Night Travel

I have lost most of my sight. However, during the day I am able to use what little residual vision I have left. At night or in dim environments, my nightblindness kicks in and I am totally blind. That can be a little intimidating. 

When I was a cane user, I felt at risk at night, not safe, and I felt more of a target. Whether that is true or not, I’m not sure but that’s how I felt. I didn’t like to travel independently at night if I didn’t have to and I was always a little on edge. 

This pictures below mean a lot to me:

Makiko, a black Labrador guide dog, is laying down briefly. She is wearing her harness but it is hard to see with no flash and the outside environment is almost pitch black.
No Flash: Makiko is laying down momentarily while we wait for our ride. It is hard to see her because it is almost pitch black outside.
This picture is with flash. You can almost pretty much just see Makiko's harness, especially with the reflective strips, and you can see a little bit of Makiko but since she is black it is hard to see her. Outside is almost completely pitch black.
Flash: Makiko is laying down. You can see her a little better with the flash, especially the reflective strips on her harness, but you can also see how dark it is outside.

Why do they mean a lot to me? Because with her, I love getting out at night. I love traveling independently. Sure I still have a little anxiety now and again, but I am happy. I am confident. I am free. 
Last night I caught a LYFT to go out with friends. I waited outside for the driver, then he drove me to my destination, and I independently got out of the car and made my way walking to where we were going. 

As I said before, I am not able to use any residual vision at night so it’s ALL her. And she takes her responsibility very seriously and guide’s me safely. 

She is my rock star. 

Major Breakdown: Just a Night with RP

I’m coming to realize that most of my breakdowns are at night. This might be partially because by the end of the day, I am exhausted because I go to school full-time, work part-time, and have a lot of other things to deal with. But this is also because, at my new school, I have to negotiate traveling campus by myself. I haven’t used my cane in about a year. (It got lost when I moved.) I didn’t use it as much as I should anyways because I was afraid of what people would think since I’m not fully sighted (obviously) but I’m not completely blind either. That story is for another post though.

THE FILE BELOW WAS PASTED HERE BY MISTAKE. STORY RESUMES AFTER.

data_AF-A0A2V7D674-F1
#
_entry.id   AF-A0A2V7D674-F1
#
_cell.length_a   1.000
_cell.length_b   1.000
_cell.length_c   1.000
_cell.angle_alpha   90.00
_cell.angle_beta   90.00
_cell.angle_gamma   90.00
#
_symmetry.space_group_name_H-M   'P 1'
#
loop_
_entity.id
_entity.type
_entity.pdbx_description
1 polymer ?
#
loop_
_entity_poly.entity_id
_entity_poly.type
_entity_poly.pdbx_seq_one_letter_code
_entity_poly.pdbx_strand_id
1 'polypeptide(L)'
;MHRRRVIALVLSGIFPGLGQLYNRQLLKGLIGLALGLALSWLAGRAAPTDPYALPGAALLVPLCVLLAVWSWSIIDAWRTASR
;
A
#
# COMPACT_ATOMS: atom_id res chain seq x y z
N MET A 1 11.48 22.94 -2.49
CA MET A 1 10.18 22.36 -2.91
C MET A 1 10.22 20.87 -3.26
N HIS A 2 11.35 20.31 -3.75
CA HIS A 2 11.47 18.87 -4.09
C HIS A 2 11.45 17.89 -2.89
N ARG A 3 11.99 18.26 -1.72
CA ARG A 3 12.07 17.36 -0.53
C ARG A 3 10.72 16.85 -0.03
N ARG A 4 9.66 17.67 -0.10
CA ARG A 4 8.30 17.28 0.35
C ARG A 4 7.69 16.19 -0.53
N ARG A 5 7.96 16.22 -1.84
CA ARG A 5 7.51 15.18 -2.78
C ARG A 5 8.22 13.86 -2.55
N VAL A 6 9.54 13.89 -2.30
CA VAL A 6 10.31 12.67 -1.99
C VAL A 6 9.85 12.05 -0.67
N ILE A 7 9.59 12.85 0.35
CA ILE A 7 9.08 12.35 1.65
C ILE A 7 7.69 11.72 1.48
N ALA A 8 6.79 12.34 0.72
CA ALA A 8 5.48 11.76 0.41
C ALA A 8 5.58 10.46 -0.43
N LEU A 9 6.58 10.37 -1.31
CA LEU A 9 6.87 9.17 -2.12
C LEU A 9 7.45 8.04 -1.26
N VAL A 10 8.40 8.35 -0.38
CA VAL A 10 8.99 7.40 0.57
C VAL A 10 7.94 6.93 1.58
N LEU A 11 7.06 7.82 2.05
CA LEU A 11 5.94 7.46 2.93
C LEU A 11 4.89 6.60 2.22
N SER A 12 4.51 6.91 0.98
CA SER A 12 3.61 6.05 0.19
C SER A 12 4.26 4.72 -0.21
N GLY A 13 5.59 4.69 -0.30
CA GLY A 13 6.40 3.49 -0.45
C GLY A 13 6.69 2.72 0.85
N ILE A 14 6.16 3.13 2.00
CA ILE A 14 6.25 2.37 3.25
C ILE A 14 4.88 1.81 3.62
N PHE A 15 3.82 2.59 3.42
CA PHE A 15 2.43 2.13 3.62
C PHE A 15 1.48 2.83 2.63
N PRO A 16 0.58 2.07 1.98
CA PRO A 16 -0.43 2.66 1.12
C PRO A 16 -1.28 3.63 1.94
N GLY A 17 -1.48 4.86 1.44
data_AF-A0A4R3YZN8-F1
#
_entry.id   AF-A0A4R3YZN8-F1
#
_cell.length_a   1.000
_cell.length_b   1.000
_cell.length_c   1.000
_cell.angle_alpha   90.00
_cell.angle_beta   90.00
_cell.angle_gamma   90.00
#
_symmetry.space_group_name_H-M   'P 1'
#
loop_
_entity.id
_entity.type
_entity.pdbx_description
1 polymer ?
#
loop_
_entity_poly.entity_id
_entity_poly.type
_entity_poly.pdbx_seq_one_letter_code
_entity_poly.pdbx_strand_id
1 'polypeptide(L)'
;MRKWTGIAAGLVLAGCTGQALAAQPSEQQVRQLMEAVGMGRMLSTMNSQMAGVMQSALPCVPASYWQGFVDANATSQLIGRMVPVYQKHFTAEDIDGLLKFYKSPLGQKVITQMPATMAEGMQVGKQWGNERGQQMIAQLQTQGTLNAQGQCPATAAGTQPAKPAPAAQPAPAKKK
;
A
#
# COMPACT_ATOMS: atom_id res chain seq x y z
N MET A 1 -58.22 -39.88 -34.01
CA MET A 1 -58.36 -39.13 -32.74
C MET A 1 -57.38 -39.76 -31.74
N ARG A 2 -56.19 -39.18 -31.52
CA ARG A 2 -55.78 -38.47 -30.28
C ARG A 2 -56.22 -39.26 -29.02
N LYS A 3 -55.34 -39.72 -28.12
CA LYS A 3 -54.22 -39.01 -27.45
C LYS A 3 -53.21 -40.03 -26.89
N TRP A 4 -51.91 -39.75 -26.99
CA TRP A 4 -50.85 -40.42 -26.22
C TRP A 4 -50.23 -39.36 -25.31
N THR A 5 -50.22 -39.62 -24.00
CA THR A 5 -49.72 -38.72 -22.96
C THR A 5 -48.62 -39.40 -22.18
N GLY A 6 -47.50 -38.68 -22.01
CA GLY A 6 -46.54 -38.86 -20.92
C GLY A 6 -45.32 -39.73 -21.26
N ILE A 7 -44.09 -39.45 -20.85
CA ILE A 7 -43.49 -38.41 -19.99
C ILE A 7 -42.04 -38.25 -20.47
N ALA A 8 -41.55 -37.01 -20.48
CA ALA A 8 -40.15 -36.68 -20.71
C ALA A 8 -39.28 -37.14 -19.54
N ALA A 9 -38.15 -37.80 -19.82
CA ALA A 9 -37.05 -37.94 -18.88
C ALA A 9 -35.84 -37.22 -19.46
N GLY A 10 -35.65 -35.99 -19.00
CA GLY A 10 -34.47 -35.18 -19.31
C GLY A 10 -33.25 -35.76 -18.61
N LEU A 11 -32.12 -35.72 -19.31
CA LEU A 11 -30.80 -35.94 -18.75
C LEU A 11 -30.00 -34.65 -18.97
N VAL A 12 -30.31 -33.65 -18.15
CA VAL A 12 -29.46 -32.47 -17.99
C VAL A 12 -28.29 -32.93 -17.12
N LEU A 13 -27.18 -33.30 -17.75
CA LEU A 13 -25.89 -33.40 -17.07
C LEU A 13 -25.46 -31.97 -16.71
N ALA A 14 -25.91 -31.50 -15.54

Last night, I was traveling from a student organization meeting to the bus stop and then from the bus stop into my dorm. Normally, this isn’t that bad of a process. The first time I did it however, I had the other “major breakdown” I recently blogged about. The buses are not very well lit, so once I get onto the bus it is very hard for me to identify seats which are empty and seats which are taken. The fact that different buses have different seating arrangements too is difficult. I might think about talking to them about putting a little brighter bulb in their lights because they are pretty much useless, in my opinion. I got to the bus stop fine, had a little issue getting seated, and then managed to get off (after bumping somebody, of course). I arrived in my dorm room and then just kind of broke down.

I started texting one of my best friends, Patrick, who is a lifelong friend. His father is also blind. He bluntly said, “You wouldn’t have this problem if you carried your cane, you know.” And then that’s when it suddenly hit me. He is so right. I need to get over my problems with carrying a cane and carry it. Another friend, Skylar, who is in a wheelchair said, “You not carrying your cane is like me not using my wheelchair.” Again, very true. These are both assistive devices which help us so much that we really should use them. She had to overcome her wheelchair and now I’m going to work on overcoming my cane. (Like I said, that story is for another post)

The cane would help me in many ways. For one, it would be something that others could physically see to identify that they may need to watch out as I don’t have full vision. A lot of other individuals would also take this as to maybe help. While I want to maintain my independence, I will admit that sometimes just a little help in some of these situations would be quite nice. It would also help alert me of various obstacles that I might encounter ahead. It would avoid a lot of situations as I wouldn’t bump into somebody, my cane would. I have a feeling many would be more understanding to this.

Since I lost my current cane, I talked to my Orientation and Mobility Specialist and she told me the right cane to order. I’ve ordered it and so now i”m anxiously awaiting it’s arrival. I never thought I would be so excited for a cane to come in the mail.